I'm from Bangladesh and 27 years old. I was born in a society where anyone hardly heard the word C-A-N-C-E-R. I was brought up in a country village where a critical disease is still an alien as there is no way to diagnose it. Here people understand a disease means death. People affected in critical disease never go for diagnosis and silently die.
As my father is a primary school teacher, he has felt an importance to educate me and after secondary and higher secondary education I completed my Masters of Arts in 2011.In fact, my higher education introduced the world to me and helped me be tech-savvy. Then I started teaching kids. I am a person who has been always positive in every aspect of life but my life got upside-down when I was diagnosed with cancer that stopped me doing everything. So in face of impossible odds my physician suggested chemotherapy (CHOP) accompanied by Rituxan (a biologic drug), but due to my inability to afford Rituxan, I unwillingly had to be satisfied with 8 cycles of chemotherapy, because in my country, the drug Rituxan costs a fortune. I am still a good candidate for this drug but as I am quite unable to afford it, my energies are now focused on this effort. Truly I know my life has no use to live on, but I do not want my passion to die. My passion is to teach kids and my teaching causes them to smile. The smile of kids has inspired me to teach lifelong. So I find myself largely relevant to live to keep my kids smiling in their learning.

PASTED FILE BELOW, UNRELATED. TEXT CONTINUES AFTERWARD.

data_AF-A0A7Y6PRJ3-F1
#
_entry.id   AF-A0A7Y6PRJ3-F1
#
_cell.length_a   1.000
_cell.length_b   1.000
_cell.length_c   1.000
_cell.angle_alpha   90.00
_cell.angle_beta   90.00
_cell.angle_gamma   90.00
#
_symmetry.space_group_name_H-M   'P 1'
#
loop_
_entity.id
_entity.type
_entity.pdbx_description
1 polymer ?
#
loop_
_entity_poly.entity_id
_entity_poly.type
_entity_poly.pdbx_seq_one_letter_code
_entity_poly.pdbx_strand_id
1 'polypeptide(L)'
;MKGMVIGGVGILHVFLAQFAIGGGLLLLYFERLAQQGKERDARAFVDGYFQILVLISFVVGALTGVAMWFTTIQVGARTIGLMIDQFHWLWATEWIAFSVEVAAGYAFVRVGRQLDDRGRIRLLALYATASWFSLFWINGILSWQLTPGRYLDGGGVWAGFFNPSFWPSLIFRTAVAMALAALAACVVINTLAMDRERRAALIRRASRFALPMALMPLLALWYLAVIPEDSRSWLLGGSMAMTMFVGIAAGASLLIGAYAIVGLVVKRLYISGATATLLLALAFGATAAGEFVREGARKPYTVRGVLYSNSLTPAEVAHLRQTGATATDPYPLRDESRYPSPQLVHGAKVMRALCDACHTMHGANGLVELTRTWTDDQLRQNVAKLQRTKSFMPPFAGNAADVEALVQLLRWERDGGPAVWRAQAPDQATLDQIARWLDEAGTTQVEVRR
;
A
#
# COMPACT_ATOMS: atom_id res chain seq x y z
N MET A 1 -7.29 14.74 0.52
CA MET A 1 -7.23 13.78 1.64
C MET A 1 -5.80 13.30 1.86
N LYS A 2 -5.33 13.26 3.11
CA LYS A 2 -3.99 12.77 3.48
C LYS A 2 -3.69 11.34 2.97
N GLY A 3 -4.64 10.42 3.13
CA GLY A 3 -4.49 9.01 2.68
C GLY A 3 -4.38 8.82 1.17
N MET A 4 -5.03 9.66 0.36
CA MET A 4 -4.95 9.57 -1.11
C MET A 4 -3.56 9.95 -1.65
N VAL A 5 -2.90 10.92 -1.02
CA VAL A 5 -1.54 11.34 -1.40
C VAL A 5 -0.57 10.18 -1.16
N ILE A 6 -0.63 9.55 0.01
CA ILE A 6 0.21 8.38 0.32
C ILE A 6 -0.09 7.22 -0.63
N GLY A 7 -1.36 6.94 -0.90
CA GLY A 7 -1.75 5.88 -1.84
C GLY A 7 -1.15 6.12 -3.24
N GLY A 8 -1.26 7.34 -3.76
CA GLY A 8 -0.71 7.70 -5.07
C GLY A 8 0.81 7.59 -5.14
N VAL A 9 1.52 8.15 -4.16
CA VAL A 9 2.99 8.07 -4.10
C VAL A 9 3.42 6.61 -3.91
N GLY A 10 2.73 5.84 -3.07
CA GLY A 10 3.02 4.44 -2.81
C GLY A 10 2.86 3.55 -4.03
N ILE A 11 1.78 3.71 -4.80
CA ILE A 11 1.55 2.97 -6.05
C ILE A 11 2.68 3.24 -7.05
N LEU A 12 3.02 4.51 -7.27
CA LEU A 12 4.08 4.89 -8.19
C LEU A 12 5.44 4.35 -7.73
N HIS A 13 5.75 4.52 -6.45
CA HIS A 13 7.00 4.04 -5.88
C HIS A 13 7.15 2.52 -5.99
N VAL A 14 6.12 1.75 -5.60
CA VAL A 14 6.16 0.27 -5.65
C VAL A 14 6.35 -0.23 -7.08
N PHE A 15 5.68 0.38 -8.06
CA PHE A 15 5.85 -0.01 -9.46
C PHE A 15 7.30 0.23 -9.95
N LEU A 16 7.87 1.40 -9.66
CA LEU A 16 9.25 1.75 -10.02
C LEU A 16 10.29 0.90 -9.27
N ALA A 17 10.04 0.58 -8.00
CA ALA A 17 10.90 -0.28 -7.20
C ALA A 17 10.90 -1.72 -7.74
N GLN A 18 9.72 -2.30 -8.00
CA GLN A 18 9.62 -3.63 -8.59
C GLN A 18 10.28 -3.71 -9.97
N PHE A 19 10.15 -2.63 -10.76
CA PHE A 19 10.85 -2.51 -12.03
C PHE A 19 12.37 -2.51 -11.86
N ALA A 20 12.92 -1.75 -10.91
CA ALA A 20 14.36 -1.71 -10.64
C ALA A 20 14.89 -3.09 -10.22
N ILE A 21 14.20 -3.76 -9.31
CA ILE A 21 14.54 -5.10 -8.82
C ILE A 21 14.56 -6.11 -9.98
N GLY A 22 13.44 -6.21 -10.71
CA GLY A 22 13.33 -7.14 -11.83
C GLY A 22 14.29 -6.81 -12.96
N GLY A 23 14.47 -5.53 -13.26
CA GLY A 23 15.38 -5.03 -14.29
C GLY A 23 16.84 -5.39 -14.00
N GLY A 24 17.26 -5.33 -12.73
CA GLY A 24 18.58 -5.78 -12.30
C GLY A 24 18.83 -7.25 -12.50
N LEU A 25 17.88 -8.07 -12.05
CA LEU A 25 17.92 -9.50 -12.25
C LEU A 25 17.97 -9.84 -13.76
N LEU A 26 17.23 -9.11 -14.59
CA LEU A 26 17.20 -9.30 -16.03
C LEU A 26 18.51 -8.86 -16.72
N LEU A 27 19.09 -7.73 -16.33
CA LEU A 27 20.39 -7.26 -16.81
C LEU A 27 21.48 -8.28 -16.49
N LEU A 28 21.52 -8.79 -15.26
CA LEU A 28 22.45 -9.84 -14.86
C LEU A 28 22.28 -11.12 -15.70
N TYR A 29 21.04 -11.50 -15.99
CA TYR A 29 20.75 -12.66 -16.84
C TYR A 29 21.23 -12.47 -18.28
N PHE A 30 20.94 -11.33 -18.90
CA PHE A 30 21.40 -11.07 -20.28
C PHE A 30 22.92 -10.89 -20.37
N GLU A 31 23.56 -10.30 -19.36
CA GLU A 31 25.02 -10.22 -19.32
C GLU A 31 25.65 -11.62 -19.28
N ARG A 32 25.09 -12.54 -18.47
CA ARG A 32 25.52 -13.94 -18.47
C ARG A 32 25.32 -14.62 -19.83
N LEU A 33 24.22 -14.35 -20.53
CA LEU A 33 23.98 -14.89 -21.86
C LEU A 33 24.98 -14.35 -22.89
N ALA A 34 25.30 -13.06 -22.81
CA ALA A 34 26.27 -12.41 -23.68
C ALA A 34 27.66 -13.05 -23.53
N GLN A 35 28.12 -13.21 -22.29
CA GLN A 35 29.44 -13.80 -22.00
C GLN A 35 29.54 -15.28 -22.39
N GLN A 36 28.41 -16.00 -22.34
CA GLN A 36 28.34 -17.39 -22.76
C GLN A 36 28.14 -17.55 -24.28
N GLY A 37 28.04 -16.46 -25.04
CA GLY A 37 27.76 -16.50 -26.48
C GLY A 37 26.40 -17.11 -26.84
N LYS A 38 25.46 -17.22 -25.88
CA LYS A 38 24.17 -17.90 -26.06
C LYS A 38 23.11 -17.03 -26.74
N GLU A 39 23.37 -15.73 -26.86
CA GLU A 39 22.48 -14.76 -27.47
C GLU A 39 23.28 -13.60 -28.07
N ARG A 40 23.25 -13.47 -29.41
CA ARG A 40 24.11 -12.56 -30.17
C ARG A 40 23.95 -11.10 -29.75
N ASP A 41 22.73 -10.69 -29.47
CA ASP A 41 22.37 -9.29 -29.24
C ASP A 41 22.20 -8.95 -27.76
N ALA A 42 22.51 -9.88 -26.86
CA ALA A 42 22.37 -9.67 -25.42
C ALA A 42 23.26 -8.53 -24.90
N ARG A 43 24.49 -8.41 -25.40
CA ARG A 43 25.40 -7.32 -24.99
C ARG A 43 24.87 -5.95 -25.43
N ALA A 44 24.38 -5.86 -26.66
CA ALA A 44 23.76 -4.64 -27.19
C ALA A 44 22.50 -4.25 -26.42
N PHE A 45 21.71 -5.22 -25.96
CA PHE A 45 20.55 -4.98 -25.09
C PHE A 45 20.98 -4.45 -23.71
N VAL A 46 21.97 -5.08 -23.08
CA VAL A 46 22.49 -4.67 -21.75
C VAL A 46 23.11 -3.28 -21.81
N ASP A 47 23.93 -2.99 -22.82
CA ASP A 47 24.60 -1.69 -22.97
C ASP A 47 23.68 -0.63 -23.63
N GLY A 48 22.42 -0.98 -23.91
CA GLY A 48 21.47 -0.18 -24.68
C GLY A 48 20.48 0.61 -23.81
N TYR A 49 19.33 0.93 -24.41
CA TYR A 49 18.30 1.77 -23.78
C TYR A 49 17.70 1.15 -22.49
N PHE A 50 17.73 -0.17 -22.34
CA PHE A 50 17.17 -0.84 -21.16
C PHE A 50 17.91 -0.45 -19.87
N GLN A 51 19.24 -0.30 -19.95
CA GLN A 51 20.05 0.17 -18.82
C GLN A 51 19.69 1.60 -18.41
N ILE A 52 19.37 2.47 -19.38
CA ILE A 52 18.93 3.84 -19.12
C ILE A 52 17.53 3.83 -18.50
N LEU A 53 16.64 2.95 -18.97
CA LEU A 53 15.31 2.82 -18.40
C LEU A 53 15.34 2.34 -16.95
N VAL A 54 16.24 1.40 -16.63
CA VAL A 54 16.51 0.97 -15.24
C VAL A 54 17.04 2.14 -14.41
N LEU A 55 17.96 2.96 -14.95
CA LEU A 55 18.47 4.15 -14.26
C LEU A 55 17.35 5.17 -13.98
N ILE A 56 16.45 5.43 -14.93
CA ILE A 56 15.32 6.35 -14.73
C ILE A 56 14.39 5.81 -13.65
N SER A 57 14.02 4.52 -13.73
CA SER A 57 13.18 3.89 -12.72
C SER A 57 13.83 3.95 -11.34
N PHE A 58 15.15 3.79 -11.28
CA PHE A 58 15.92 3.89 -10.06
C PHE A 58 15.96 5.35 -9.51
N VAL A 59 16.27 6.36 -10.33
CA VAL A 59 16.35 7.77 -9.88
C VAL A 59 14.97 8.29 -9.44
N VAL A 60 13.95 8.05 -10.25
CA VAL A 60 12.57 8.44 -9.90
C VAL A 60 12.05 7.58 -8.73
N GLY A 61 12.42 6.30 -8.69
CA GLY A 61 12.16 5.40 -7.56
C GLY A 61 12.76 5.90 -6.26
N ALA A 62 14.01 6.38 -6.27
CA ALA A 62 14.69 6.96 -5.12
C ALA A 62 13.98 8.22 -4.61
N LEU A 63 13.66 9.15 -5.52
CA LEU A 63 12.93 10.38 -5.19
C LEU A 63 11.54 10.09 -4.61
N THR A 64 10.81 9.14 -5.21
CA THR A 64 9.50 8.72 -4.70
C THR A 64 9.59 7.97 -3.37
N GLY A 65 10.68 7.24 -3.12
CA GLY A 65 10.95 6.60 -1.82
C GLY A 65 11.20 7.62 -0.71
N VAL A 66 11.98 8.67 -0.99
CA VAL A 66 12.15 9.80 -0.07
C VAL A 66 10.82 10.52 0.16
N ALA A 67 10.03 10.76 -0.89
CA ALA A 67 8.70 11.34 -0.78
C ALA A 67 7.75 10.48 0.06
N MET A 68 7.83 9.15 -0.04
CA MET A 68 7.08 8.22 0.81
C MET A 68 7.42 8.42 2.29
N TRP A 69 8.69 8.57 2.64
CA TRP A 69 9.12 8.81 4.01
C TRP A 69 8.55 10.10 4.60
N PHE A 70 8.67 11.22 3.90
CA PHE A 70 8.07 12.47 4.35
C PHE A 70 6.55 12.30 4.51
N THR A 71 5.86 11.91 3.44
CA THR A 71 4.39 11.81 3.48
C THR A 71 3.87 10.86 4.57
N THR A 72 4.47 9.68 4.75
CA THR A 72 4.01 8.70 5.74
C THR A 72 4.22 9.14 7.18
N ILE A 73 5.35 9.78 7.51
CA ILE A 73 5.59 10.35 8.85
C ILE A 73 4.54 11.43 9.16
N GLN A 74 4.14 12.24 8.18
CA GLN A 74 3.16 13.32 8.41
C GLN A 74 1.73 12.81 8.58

I live in a country where any assistance is an impossible hope. We have here no way to enjoy any insurance or aid from the government or any organization to save one from dying. It's best to say I'm geographically unfortunate. If I can live a cancer-free life I would like to vow genuinely to inspire people around me and raise awareness of cancer in my country.
Moshaddek, 27, is a young adult cancer survivor who enjoys teaching. He is a member of BELTA (Bangladesh English Language Teacher Association).